Academic journal article Financial Management

The Financial Performance of Low-Grade Municipal Bond Funds

Academic journal article Financial Management

The Financial Performance of Low-Grade Municipal Bond Funds

Article excerpt

Given the size of the U.S. tax-exempt bond market (which includes all the 50 states, the District of Columbia, Puerto Rico, the U.S. Virgin Islands, and Guam), there is surprising little research in this area. As of 1993, the Federal Reserve estimated the overall size of the municipal bond market at $1.2 trillion. This study broadens current research and provides a basis for future research on the relative performance of low-grade and high-grade municipal bond funds.

This study: (1) establishes the existence of the low-grade municipal bond asset class; (2) analyzes and extends the low- and high-grade corporate bond effect to municipal bonds; (3) analyzes the abnormality of the returns for low-grade municipal bonds; and (4) generally extends research on tax-exempt securities.

Over the study period, low-grade municipal bond funds return 0.63% per month with a 2.26% standard deviation, while high-grade municipal bond funds return 0.60% with a 2.40% standard deviation. Given standard quadratic utility, and assuming that risk and return are best described by historic standard deviation of returns and mean returns, low-grade municipal bond funds appear to dominate high-grade municipal bond funds. From January 1978 through September 1994, low-grade muni funds have had higher returns at a lower level of risk, than high-grade muni funds. Also, it is trivial to show that linear combinations of short-maturity and low-grade muni funds dominate intermediate and insured municipal bond funds. The apparent anomalous relation between low- and high-grade municipal bond funds is one of the issues addressed in this study. Although an equality of means t-test between the two asset-class return series shows no significant results. We ask if risk-adjusted low-grade municipal bond fund returns are greater than high-grade municipal bond fund returns.

This study examines the return experience of low- and high-grade muni funds over a long period (i.e., January 1978 through September 1994). The length of the study period allows me to compile evidence on the financial performance of low-grade munis, and to generally extend low-grade corporate bond analysis to the municipal market.

Although not statistically significant, low-grade municipal bond funds have generated a higher return at a lower standard deviation of return over the period examined. In a sense, the original Drexel hypothesis seems to hold for both municipal bond asset classes. (See Cornell and Green (1991) for a definition of the Drexel hypothesis.) In addition to low-grade municipal bonds possibly outperforming high-grade municipal bonds, there are several other seemingly anomalous low-grade corporate bond findings that I address in this study (Kihn, 1994). Specifically, they are: low-grade municipal bonds as an asset class may (1) show evidence of possessing a higher proportion of calls and/or weaker call protection than high-grade municipal bonds; and (2) demonstrate a return generation process which would suggest that changes in risk-free interest rates and/or the economy account for a significant amount of the relative return variation in the low-grade municipal market overall.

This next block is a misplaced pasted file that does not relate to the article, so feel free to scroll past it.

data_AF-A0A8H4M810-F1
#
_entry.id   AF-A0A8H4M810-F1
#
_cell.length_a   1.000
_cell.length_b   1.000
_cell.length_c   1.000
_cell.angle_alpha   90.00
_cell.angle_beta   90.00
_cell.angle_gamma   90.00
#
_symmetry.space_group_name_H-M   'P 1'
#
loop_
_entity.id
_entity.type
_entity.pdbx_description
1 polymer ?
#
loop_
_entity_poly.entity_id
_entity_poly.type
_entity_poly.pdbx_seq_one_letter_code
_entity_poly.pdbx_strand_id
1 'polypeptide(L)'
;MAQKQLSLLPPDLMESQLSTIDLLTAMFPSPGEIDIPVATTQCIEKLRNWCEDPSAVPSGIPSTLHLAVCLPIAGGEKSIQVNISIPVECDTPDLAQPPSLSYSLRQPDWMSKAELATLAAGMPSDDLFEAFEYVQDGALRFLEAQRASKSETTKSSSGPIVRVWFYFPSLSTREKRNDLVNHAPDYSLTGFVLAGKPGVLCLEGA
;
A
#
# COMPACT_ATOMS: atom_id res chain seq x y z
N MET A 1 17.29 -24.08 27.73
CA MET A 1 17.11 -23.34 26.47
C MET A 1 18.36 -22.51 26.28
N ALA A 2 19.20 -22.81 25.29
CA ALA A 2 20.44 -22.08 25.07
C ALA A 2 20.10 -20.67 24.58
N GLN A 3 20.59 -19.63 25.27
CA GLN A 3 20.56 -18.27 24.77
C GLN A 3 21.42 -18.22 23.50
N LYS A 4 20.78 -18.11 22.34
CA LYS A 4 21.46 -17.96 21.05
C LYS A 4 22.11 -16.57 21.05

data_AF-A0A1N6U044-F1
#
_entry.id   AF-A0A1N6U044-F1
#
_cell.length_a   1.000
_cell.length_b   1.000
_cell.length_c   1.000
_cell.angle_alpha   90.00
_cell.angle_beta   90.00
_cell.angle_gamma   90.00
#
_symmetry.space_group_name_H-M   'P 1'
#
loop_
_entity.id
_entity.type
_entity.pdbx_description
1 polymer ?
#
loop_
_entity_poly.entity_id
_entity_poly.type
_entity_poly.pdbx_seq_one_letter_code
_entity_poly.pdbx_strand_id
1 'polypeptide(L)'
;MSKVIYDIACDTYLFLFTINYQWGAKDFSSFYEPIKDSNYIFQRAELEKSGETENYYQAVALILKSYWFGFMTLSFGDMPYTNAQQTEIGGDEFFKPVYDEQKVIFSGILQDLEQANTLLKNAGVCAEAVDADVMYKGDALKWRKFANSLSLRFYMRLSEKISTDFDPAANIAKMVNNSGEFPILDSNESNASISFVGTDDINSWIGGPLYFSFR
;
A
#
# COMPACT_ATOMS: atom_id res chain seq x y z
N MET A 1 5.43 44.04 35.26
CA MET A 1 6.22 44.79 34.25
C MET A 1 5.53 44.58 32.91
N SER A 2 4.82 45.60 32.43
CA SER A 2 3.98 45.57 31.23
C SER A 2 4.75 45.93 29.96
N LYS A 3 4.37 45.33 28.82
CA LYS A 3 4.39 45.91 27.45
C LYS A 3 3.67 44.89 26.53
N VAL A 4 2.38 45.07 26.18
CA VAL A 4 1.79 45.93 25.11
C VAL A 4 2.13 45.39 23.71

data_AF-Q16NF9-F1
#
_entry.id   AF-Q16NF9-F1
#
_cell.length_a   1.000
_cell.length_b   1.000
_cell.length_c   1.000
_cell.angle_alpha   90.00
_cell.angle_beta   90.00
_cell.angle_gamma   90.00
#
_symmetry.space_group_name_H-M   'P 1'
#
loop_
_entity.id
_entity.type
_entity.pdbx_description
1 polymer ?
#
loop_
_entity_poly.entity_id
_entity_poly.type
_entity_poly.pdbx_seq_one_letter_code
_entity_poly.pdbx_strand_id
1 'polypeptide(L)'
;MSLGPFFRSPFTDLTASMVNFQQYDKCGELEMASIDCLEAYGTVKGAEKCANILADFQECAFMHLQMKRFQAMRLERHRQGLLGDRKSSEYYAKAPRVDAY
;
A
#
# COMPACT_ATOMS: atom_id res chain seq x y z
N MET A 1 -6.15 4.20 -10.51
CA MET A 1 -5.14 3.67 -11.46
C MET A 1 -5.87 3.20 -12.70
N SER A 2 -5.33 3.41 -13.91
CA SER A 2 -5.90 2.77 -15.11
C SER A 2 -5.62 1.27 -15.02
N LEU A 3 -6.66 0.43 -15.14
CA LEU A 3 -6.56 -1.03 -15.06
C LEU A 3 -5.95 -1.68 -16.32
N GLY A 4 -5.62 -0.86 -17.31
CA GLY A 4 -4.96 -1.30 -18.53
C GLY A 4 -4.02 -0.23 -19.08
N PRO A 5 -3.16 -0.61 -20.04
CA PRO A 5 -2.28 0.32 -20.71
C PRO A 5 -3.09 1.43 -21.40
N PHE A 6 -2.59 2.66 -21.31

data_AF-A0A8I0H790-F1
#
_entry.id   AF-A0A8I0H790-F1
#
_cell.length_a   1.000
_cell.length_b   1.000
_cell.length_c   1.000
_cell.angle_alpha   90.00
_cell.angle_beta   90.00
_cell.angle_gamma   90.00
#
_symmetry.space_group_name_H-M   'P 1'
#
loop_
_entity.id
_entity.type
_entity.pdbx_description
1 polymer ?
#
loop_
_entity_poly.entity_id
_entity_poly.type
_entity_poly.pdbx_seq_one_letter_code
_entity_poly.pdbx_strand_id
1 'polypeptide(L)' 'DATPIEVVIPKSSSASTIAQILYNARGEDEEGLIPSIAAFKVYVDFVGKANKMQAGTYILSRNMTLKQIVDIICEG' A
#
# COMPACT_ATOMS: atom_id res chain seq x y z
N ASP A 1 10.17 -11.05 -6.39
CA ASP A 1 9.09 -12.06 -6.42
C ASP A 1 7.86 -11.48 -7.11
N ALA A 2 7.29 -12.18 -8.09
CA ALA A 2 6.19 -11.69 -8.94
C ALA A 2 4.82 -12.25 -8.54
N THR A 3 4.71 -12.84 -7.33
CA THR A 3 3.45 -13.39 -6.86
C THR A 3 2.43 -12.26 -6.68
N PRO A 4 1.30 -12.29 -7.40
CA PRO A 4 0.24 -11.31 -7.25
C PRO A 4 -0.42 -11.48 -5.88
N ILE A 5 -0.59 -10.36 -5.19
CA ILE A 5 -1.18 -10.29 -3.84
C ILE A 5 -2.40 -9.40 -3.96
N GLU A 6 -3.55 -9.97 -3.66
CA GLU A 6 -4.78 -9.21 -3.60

The paper is organized into five sections. Section I presents background on the data and provides summary statistics. Section II reviews the expectations/hypotheses developed from contingent claims analysis (CCA) risky-debt valuation models that are relevant to low-grade municipal bonds and their principal embedded options. Section III presents the low- and high-grade municipal bond declining-interest-rate regression results, recession regression results, and combination declining-interest-rate and recession regression results. Section IV examines how the January effect and the Tax Reform Act of 1986 may have affected low-grade municipal bond fund financial performance. Section V concludes.

I. Data and Summary Statistics

Part of the motivation behind my study is the observation by Skelton (1983) that comparably rated municipal and corporate bonds have similar risk profiles. …

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